While nushing on Samantha’s delicious vegetable quiches at yesterday’s “Social Lunch,” I was contemplating how fussy and eater I was as a child, enjoying only potatoes and peas and maybe carrots with my meat, and only with much encouragement from my doting mom. It seems an unlikely outcome that I would become a reasonably health-conscious, vegetarian adult today.
Our Social Lunch has been a feature in our school since the beginning, when one of our three families ran a roster of one catered meal each week. Today we have Samantha Kearns, an integral member of Thandi and Bevan’s team in their family food business Timothy & Clover, offering us a carefully designed menu each week.
The intention is multifold. We want to introduce to the children new tastes within a general guidelines of common-sense wholesomeness, that nevertheless achieves general satisfaction from the children. I believe Samantha has been extremely successful in striking that magical balance. Many children offer rave reviews of the food, and yesterday the salad was finished completely.
The intention of our Social Lunch is also broader than food. We are blessed with the willing support from the older children to help serve the food, we help each other maintain etiquette such as washing up afterwards, and generally we enjoy the opportunity to socialise with each other and with teachers in a friendly meal atmosphere: social lunch is a vital aspect of our particularly healthy social life in our school.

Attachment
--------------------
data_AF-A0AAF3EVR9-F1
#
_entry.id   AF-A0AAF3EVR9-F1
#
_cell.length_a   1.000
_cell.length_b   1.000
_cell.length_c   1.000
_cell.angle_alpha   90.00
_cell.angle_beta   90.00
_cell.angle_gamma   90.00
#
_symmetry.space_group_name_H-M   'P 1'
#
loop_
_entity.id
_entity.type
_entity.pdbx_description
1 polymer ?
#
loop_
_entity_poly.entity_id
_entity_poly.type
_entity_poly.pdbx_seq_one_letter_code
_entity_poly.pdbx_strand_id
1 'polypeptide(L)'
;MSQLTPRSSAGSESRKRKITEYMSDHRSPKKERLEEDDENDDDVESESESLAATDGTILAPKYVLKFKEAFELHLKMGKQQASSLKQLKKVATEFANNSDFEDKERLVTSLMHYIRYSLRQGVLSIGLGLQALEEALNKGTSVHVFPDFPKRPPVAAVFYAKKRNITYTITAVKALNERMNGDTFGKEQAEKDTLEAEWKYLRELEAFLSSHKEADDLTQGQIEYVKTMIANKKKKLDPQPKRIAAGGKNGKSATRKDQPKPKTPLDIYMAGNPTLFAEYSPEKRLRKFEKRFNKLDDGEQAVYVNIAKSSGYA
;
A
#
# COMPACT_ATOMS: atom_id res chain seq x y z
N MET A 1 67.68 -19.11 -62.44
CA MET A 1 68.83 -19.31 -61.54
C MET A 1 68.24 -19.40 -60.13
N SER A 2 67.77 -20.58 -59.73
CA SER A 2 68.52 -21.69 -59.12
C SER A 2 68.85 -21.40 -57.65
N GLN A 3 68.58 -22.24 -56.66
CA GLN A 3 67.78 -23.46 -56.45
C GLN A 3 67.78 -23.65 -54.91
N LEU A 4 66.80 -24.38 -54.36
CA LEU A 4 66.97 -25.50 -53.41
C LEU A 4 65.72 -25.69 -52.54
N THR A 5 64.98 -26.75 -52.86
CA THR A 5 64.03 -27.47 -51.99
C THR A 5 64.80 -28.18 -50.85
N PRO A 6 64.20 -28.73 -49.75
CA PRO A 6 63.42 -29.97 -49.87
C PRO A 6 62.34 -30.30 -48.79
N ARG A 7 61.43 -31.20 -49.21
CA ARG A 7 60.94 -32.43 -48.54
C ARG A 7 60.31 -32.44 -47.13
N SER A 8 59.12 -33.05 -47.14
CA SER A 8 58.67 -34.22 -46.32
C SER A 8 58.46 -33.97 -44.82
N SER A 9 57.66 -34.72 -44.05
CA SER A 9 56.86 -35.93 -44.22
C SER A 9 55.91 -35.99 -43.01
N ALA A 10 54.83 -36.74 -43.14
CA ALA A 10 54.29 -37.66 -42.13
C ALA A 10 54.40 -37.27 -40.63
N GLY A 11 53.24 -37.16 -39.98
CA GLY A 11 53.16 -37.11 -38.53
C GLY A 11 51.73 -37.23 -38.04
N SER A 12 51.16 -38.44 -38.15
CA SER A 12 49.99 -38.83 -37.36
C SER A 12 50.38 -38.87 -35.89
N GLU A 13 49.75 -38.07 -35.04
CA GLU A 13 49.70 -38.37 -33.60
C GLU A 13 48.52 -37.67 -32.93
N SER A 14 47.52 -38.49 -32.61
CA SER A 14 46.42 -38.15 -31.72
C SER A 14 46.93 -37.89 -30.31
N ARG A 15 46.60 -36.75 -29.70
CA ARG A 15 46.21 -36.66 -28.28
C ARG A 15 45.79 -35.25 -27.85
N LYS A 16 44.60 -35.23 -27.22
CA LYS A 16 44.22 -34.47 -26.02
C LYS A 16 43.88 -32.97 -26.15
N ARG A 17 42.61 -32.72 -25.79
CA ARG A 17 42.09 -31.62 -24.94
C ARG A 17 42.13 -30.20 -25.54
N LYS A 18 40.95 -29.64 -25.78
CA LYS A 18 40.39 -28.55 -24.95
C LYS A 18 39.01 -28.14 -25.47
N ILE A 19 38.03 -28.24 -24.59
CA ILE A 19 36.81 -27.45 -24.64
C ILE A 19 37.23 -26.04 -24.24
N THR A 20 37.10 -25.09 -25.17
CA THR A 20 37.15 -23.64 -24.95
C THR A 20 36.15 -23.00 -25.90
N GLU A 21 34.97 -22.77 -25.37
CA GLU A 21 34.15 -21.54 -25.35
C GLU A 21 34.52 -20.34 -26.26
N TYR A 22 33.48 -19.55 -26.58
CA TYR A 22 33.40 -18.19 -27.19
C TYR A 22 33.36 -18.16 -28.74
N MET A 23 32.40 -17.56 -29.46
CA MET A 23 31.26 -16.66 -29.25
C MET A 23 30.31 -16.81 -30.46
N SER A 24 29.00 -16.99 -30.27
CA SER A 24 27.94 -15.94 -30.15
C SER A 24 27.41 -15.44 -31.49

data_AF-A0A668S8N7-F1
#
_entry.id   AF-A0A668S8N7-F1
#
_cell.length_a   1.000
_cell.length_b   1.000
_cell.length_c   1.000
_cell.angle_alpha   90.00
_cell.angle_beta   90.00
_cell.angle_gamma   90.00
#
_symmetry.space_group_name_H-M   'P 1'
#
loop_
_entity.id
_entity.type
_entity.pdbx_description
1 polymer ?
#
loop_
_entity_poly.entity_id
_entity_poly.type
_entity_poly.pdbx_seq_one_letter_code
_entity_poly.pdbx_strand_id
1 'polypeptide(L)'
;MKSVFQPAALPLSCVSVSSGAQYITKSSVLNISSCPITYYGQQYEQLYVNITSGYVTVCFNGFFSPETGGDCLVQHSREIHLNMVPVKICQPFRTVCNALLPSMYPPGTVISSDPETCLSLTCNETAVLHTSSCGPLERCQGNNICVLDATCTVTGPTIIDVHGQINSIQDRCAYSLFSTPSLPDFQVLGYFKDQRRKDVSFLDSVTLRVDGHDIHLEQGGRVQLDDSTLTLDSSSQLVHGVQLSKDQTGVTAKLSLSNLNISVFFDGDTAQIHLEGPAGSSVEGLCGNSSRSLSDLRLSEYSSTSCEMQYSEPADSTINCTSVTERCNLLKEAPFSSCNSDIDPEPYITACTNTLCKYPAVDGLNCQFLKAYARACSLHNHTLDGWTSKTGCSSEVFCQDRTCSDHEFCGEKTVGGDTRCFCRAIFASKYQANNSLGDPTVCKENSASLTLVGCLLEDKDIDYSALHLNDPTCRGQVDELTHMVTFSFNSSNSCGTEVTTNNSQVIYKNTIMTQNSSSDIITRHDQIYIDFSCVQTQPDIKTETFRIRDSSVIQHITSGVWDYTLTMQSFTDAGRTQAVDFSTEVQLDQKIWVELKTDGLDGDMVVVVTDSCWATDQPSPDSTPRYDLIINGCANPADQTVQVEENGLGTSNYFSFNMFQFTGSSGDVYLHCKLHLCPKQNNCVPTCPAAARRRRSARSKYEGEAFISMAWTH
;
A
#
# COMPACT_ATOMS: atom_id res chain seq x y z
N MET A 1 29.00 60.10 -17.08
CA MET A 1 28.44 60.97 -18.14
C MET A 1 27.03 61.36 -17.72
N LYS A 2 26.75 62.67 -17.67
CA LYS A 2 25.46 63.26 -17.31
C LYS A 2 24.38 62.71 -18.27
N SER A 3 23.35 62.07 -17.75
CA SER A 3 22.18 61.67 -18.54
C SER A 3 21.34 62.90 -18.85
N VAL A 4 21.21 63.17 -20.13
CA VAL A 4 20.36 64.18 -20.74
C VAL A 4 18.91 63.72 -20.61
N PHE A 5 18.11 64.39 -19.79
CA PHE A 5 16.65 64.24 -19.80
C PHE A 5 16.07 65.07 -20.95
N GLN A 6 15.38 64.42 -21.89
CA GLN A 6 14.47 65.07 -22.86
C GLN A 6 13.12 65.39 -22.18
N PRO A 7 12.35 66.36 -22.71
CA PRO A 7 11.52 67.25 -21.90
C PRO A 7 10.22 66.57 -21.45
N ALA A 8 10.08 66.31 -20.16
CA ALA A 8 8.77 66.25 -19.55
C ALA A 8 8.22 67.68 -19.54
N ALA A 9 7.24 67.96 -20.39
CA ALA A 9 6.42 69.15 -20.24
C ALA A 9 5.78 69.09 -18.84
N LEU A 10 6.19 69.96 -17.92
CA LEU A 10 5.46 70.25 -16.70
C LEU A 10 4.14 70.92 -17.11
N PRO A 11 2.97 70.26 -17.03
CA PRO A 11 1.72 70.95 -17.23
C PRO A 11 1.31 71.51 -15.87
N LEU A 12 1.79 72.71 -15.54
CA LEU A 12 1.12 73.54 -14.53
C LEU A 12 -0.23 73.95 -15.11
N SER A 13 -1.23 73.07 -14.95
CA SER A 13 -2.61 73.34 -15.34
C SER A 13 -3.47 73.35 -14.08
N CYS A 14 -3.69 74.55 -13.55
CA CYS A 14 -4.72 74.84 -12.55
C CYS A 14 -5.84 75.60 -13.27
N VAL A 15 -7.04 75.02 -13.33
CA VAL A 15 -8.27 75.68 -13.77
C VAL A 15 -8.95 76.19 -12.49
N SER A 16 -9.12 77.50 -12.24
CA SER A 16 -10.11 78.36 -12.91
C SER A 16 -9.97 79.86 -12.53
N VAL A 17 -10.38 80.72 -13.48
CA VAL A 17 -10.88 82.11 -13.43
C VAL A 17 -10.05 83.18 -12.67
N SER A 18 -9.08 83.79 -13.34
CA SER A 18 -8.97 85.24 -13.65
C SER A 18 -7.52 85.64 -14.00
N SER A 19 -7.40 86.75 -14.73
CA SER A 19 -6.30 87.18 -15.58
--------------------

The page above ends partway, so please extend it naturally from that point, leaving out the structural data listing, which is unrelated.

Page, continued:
Moreover, the meal also offers us an opportunity to create healthy weekly ritual of multicultural awarenes, and this in turn further builds a sense of community between us. The inspiring Burkino Faso author Malidoma Somé emphasises the power that ritual has in achieving a “sacred space” in a community. In our ongoing project of aspiring to a reflexively healthy social atmosphere at Kairos, in addition to the other rituals such as a choral song, lighting a candle and a “check-in” to begin each day, we also recite a song, poem or prayer from a different religion or cultural tradition to begin the Social Lunch meal. While we do not want to press any belief on any child, we do want to emphasise the value of reverence for life and for each other, and the ritualised events such as Social Lunch are important items in our weekly timetable.
At my primary school in the 70’s I regularly spent my pocket money on sugary sweets and drinks at our tuckshop — I’m so glad we have a school that extends our curriculum into what our children put into their bodies.